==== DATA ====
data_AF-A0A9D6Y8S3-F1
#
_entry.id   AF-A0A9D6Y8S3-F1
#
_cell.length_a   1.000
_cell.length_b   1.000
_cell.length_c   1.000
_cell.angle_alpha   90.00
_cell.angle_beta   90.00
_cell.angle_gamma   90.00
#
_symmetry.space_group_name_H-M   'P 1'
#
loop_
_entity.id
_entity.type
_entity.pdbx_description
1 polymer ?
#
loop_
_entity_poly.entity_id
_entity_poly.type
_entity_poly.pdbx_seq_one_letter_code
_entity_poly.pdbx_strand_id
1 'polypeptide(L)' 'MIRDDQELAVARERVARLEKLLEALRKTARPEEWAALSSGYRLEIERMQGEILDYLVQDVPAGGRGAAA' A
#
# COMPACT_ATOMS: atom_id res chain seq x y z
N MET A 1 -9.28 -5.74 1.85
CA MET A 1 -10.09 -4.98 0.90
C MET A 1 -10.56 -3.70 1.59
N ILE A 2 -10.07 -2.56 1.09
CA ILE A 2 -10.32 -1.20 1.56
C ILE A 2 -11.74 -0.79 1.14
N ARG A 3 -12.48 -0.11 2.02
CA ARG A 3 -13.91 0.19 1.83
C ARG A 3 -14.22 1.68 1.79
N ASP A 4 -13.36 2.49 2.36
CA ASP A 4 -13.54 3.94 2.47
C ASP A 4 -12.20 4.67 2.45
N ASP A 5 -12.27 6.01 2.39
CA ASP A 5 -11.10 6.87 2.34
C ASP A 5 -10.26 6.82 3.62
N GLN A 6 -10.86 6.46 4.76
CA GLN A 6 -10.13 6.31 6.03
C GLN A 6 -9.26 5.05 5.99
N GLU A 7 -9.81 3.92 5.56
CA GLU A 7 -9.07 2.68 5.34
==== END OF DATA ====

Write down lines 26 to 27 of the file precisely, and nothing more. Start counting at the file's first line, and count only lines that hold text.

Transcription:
#
# COMPACT_ATOMS: atom_id res chain seq x y z